What Are the Two Types of Annual Accounting Periods?

It enables a better comparative analysis for the company based on weekly reports but may welcome unnecessary aberrations on the basis of a ‘5-week month’. Companies in the manufacturing industry usually follow a calendar year as the end date of the period falls on the same day every week. The revenue recognition principle is a key accounting theory utilized in the accrual method of accounting. Theoretically, a corporation aspires to expand consistently over the course of accounting periods in order to demonstrate stability and a view of long-term profitability.

what is an accounting period

A fiscal year arbitrarily sets the beginning of the accounting period to any date, and financial data is accumulated for one year from this date. For example, a fiscal year starting April 1 would end on March 31 of the following year. The federal government has a fiscal year that runs from October 1 to September 30, while many nonprofits have a fiscal year that runs from July 1 to June 30.

For instance, the accrual method of accounting mandates that fixed assets be depreciated over the course of their useful lives. As opposed to recording a whole expenditure at the time the item was purchased, expenses are recognized across a number of accounting periods, allowing for relative comparability between them. Accounting periods are useful to analysts and potential shareholders because it allows them to identify trends in a single company’s performance over a period of time. They can also use accounting periods to compare the performance of two or more companies during the same period of time.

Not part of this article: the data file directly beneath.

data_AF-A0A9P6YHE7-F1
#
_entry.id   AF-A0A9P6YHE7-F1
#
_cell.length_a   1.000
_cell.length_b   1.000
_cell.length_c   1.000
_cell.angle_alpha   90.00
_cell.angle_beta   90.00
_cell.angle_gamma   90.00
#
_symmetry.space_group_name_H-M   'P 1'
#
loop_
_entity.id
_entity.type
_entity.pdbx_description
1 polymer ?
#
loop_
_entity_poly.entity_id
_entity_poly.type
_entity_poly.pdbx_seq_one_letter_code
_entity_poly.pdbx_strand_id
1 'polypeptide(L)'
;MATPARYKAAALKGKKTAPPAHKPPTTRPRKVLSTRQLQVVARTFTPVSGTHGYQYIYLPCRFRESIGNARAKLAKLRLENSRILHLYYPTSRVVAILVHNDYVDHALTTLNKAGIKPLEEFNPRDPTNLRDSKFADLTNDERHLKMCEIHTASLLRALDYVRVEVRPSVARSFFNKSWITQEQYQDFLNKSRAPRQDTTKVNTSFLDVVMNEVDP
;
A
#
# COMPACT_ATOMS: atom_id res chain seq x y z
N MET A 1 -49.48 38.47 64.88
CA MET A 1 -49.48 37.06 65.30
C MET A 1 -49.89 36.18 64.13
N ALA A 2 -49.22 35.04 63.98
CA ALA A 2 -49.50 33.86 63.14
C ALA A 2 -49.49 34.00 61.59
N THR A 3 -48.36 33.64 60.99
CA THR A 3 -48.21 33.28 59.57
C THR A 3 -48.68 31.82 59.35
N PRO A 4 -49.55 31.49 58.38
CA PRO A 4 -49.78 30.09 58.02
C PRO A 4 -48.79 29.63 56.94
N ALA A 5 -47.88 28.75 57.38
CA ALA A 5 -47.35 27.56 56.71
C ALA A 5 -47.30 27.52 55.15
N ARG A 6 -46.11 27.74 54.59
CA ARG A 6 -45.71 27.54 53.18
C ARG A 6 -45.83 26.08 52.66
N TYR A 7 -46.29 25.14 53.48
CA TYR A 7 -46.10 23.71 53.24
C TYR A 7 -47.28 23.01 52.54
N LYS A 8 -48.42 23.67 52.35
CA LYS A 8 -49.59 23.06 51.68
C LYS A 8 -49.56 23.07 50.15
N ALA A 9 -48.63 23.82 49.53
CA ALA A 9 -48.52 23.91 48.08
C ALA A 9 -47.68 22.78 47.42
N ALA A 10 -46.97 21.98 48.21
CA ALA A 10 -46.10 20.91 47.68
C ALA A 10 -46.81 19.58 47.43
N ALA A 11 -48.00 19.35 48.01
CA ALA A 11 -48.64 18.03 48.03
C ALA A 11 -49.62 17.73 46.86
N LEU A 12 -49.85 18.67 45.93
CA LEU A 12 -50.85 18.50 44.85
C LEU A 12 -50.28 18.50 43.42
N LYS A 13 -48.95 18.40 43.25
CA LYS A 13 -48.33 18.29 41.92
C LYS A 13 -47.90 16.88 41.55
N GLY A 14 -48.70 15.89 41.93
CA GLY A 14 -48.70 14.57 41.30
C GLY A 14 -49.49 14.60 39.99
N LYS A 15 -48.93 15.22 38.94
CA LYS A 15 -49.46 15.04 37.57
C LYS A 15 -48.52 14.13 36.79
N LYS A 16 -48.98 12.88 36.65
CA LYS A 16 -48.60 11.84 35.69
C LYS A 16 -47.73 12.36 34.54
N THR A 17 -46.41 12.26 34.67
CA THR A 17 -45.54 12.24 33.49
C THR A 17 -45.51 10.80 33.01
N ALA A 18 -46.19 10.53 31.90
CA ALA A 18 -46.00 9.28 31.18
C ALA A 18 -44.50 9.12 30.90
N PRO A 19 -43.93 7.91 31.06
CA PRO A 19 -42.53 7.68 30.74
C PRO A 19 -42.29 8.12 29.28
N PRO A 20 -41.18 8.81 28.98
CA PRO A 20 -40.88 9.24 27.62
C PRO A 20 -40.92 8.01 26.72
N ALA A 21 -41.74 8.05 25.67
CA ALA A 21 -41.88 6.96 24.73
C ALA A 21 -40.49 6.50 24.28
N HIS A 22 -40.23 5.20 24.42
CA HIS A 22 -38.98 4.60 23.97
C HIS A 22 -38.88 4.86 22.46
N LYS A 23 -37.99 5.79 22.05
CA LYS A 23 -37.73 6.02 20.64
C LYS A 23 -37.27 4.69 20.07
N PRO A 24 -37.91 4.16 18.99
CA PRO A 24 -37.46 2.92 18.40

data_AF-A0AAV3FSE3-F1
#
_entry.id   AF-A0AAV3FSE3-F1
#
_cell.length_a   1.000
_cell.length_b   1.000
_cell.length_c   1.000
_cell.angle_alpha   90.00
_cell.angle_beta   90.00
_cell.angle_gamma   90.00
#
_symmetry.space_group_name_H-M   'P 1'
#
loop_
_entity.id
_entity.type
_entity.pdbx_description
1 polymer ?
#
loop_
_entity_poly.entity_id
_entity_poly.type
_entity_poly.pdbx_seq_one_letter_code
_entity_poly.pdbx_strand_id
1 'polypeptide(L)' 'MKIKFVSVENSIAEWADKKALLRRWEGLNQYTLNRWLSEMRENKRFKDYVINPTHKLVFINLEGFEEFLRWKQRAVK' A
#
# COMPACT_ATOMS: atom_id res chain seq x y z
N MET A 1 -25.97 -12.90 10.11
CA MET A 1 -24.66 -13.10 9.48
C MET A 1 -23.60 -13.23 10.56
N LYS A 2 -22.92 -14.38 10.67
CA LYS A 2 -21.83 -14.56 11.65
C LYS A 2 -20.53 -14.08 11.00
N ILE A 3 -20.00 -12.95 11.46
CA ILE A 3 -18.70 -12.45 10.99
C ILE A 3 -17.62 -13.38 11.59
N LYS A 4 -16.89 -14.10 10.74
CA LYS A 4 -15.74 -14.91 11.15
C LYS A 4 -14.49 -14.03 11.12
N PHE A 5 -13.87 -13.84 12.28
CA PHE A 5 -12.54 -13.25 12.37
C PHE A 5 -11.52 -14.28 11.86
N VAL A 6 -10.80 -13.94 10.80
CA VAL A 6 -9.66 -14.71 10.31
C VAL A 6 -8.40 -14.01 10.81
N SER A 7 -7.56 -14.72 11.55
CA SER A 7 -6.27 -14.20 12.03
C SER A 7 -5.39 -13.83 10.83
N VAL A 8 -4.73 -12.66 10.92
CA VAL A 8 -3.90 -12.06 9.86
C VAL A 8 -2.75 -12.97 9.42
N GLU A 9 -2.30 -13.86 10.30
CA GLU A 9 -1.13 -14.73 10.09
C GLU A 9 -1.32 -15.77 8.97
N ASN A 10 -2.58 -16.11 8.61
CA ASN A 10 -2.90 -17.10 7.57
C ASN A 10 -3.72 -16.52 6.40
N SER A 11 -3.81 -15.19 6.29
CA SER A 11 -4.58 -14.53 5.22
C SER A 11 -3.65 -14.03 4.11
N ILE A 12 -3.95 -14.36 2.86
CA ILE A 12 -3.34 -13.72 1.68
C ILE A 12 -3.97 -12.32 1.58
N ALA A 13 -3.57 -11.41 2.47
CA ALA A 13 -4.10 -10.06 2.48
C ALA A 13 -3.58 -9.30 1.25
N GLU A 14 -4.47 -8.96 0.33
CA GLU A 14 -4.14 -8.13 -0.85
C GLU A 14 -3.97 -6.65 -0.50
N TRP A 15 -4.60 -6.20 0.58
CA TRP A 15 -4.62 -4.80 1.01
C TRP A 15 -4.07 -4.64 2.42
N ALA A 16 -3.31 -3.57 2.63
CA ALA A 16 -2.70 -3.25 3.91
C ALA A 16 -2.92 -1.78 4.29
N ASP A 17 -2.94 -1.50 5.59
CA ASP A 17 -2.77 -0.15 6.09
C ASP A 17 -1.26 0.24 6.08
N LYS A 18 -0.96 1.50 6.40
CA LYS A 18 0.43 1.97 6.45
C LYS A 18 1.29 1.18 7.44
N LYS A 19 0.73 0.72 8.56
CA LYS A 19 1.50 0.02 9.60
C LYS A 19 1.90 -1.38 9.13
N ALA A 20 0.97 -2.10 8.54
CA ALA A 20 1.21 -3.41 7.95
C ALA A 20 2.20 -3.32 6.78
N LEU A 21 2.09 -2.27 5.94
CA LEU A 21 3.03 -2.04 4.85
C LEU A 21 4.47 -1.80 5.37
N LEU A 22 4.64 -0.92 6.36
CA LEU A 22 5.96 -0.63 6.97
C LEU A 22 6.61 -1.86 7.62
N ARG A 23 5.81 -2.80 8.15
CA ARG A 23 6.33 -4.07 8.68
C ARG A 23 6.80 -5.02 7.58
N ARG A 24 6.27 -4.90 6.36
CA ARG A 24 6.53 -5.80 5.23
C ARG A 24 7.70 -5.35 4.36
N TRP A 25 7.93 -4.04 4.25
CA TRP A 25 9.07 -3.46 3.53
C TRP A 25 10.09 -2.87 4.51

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In management accounting the accounting period varies widely and is determined by management. Another example that shows the benefit of using accrual over cash basis of accounting is when a real estate developer is constructing a building over two years. If the developer uses the cash basis of accounting, the entire revenue is recorded at the end of the second year, with only expenses being recorded for the two-year duration. Use Wafeq to manage your accounting and to keep all your expenses and revenues on track, plus manage payroll and inventory, and generate over 30 financial reports from one place.

These different types of accounting periods have their unique characteristics, implications, and utility. A business may generate income even before receiving payment, for instance, if it permits clients to purchase items on credit. The business will record revenue and accounts receivable at the time of service or when transferring an item to the consumer. According to the revenue recognition principle, income should be recorded as soon as it is earned rather than when money is transferred. For example, a business may choose a fiscal year from Feb. 1 to Jan. 31 or observe a week fiscal year, where each year rotates between being 52 or 53 weeks long. If a business wants to select the fiscal year for tax reporting, they can do so by submitting their first income tax return observing that tax year.

Each accounting period corresponds to the same accounting period in the previous year and the next year. Provides a review and forecast tool for management and helps in comparative analysis. Usually, the accounting period follows the Gregorian calendar year that consists of twelve months starting from January 1 to December 31.